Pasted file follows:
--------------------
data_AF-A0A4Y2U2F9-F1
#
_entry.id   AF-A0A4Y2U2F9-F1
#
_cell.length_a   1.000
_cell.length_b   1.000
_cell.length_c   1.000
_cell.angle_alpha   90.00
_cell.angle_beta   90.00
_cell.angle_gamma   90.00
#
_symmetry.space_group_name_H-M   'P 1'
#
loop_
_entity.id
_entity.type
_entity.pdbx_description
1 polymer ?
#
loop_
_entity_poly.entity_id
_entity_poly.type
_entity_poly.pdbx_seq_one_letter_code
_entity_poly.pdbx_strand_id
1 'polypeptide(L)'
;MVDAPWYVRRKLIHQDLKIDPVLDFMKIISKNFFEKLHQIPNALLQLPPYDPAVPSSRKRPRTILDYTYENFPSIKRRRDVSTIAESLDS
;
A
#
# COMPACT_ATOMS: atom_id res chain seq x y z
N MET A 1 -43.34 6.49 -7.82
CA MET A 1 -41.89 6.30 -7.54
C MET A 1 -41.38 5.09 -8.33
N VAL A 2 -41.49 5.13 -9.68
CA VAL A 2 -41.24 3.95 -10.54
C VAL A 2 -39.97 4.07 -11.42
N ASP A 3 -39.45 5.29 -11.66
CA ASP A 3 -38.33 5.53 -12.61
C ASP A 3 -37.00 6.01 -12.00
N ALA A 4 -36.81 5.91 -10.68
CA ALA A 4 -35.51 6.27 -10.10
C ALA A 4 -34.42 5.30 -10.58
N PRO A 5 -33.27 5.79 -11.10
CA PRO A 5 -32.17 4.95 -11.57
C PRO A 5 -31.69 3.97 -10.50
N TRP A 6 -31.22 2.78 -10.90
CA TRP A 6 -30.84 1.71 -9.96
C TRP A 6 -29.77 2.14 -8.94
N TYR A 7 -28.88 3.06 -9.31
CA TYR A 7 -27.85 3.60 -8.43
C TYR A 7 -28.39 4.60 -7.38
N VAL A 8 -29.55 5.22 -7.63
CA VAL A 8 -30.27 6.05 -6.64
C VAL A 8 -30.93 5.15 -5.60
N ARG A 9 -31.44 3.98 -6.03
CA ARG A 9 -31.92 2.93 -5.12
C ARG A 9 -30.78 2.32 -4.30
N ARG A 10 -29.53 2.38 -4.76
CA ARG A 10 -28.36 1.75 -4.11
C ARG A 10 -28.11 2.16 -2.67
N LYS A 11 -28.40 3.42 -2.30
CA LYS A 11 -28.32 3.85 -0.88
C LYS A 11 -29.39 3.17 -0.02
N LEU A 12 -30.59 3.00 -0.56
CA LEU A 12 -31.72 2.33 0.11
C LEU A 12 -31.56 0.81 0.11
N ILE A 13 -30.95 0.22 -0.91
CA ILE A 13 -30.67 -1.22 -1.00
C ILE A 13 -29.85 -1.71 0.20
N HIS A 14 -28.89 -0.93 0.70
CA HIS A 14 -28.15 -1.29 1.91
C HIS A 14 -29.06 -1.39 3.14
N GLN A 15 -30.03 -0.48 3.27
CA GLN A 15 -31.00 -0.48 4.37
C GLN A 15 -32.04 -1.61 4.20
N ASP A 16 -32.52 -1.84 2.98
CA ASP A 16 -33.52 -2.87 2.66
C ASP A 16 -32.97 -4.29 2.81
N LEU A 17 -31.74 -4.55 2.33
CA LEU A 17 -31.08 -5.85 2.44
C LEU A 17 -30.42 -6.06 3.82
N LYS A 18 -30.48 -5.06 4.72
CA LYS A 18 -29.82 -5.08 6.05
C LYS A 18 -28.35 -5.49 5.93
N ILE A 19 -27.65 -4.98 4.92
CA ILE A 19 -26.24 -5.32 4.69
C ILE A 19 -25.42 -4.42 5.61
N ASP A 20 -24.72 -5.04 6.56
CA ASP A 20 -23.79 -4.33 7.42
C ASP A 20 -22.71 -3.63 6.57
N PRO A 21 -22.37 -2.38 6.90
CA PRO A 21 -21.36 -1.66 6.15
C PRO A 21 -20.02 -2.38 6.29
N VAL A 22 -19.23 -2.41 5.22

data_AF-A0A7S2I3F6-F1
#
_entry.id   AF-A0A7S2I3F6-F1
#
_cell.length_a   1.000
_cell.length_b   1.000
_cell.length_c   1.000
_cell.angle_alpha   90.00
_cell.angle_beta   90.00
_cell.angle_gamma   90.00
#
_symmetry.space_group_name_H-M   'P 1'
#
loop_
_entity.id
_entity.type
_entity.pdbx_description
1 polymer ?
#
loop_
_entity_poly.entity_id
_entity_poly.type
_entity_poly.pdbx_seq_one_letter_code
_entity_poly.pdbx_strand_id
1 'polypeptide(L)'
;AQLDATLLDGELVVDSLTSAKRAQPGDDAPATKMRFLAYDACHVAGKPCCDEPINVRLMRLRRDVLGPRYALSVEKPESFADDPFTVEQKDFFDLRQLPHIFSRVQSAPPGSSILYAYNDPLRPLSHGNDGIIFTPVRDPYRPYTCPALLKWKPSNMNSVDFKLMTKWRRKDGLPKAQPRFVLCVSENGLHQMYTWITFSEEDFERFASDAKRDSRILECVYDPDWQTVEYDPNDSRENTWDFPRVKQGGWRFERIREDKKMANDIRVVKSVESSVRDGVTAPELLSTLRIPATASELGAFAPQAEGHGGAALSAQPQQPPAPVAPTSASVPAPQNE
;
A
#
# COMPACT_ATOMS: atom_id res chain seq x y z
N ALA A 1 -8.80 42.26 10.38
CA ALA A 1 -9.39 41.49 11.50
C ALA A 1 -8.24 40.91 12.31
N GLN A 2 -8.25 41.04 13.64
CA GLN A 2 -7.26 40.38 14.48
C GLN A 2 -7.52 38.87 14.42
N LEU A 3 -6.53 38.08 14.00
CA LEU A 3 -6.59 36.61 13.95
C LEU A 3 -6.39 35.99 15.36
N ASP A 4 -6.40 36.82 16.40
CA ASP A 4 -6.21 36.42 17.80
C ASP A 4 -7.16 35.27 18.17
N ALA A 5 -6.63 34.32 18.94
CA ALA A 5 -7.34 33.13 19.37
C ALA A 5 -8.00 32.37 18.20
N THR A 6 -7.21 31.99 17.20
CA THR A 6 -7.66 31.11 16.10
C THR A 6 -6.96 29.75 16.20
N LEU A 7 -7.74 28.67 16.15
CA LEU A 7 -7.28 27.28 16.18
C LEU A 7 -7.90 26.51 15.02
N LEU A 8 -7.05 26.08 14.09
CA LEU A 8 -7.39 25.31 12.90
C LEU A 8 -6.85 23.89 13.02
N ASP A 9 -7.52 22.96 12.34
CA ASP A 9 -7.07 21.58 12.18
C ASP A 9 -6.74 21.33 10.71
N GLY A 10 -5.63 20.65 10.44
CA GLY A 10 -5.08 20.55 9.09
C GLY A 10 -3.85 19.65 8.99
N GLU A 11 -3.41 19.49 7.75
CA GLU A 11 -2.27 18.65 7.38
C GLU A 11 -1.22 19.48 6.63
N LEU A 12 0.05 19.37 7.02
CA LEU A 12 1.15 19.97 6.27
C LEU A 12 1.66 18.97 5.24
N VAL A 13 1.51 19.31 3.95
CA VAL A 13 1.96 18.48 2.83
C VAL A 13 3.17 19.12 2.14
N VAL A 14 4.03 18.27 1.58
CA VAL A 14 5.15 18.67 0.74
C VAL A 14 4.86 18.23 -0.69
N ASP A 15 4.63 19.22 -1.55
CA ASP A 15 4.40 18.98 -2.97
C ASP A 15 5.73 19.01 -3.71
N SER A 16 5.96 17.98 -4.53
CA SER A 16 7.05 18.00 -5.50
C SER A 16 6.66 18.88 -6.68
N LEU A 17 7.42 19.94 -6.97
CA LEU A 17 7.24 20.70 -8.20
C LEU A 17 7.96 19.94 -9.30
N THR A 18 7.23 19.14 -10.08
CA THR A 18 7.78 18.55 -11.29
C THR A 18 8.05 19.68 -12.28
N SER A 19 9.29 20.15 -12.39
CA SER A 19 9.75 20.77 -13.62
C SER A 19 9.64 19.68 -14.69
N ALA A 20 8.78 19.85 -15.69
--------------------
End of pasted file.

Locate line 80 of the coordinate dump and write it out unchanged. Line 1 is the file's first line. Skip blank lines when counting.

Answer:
CA LEU A 17 -31.08 -5.85 2.44